There’s no shushing the shepherds…
PREACHER TONY Campolo used to make me laugh when he’d tell how, as a Baptist, he was mistaken for a Pentecostal by some people because he talked so quickly they thought he was speaking in tongues. Unfortunately, a lot of folks still seem to confuse the gift of gab with the gifts of the Spirit.
I don’t mean in regards to communicating in other languages (and the story of the Day of Pentecost is as much about the gift of ears as it is the gift of tongues), but in their own. There are preachers out there with big followings (and, often, big churches as a result) who are brilliant communicators. Yet I don’t sense any real spiritual depth to them.
While they really know how to work a crowd, it seems based more on personal charisma than God’s charism, or spiritual endowment. They could just as easily do TED talks or earn a living as stand-up comics or motivational speakers.
That’s bad enough, but there’s a subtle secondary problem with all this. It’s that too many Christians then get the idea that because they are not great orators, they are excused—if not excluded—from being part of sharing the good news.
But that’s not what we find in the Bible. Indeed, God seems to go out of the way to choose unlikely messengers. Moses, the stutterer. David, the runt of the litter. John the Baptist, the oddball. Paul the dull speaker, who literally bored someone to death (read Acts 20).
You get my point? We don’t have to be qualified to get to speak up. In fact, you might almost argue that feeling disqualified is the best qualification. As the old saying goes, God is looking for the willing, not the able.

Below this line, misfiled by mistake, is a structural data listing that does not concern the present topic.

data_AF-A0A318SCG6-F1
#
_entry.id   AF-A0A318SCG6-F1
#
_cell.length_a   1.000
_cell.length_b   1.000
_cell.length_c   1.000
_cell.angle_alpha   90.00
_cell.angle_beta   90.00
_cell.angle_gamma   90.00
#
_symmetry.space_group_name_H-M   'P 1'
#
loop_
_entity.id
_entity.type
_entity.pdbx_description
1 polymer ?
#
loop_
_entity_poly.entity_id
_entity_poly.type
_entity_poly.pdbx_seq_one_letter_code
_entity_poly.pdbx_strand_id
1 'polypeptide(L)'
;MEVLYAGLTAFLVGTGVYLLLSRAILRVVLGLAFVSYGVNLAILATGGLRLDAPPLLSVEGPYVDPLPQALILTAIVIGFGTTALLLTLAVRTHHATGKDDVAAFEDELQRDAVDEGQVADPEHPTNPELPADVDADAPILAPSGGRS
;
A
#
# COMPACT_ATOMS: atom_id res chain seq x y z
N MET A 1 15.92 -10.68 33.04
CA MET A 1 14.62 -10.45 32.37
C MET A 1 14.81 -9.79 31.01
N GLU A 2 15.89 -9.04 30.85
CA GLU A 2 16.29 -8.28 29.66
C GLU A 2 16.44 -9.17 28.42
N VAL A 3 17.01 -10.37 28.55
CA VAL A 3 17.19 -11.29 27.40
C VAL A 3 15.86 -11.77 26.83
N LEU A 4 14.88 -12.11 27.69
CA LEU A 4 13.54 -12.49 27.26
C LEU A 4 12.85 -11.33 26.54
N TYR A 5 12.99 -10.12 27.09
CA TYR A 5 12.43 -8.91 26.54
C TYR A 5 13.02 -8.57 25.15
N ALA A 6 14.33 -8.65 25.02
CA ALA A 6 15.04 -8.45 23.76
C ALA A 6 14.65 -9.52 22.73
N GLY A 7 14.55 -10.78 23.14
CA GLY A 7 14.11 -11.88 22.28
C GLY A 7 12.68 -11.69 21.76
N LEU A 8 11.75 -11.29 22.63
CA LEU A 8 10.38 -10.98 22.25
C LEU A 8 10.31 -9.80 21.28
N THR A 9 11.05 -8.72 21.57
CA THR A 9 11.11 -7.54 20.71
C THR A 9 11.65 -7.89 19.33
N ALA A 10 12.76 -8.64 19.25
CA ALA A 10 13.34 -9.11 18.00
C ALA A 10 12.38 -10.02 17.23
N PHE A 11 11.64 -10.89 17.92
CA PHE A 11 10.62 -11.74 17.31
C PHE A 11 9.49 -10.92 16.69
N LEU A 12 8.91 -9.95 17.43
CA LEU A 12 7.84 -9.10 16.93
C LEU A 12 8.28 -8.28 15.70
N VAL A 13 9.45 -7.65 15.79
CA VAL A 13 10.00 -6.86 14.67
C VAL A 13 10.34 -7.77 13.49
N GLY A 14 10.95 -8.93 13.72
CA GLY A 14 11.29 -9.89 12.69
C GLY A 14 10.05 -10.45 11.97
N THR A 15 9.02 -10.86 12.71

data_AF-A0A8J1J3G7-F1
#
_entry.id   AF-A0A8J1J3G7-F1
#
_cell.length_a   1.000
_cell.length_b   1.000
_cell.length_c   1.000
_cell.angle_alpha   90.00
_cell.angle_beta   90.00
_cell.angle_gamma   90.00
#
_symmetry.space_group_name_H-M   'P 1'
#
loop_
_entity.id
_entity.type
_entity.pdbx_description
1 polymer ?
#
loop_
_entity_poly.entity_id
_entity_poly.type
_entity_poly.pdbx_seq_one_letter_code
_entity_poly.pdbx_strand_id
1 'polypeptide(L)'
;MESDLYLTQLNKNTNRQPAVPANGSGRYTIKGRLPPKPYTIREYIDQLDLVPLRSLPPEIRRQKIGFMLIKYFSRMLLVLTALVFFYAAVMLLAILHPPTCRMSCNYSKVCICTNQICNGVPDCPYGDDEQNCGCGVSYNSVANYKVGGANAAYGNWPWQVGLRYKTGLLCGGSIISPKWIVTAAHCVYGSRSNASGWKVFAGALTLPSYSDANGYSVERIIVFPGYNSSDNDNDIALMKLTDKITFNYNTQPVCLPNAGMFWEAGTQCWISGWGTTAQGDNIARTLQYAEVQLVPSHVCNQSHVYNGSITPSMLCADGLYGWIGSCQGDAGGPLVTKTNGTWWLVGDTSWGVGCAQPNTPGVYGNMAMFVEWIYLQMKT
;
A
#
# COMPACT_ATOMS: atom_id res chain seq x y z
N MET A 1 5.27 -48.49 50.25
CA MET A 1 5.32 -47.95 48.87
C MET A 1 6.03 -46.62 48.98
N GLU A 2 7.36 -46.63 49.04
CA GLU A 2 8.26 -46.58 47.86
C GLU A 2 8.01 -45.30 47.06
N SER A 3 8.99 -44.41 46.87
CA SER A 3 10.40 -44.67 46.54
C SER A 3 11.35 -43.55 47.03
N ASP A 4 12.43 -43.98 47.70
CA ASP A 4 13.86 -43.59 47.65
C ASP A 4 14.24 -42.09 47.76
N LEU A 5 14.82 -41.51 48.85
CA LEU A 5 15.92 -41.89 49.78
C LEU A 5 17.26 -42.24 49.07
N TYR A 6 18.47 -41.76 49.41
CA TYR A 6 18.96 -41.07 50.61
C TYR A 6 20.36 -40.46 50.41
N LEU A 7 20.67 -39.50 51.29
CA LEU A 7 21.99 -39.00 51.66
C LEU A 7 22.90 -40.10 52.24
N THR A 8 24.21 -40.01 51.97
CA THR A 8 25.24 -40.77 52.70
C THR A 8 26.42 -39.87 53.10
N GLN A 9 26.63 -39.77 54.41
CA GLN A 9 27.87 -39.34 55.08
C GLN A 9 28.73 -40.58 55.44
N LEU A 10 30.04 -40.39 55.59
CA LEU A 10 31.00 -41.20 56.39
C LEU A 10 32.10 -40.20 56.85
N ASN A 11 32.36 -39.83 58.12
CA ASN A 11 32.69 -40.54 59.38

Actually, this truth—that God often uses those who have no voice to speak for Him—is woven into the very fabric of the gospel.
We see it at the end, of course, when the first people to meet the risen Jesus and get to go tell others about it are women. This at a time when women were not considered credible witnesses in a court of law (what a scandalous idea).
It is also there at the beginning, in the Christmas story. The first people to whom the good news of the birth of the Savior is delivered are a bunch of shepherds—whose testimony, like that of women, is not admissible in legal proceedings.
Note that in neither case does their “disqualification” keep them quiet. The shepherds won’t be shushed. The sisters won’t be silenced. They go and tell what they have experienced. Same for you and me. We don’t have to have fancy words or a sweet turn of phrase. We just need to be willing to tell people what has happened to us.
Photo by Oblong on Foter.com/CC BY-NC-SA
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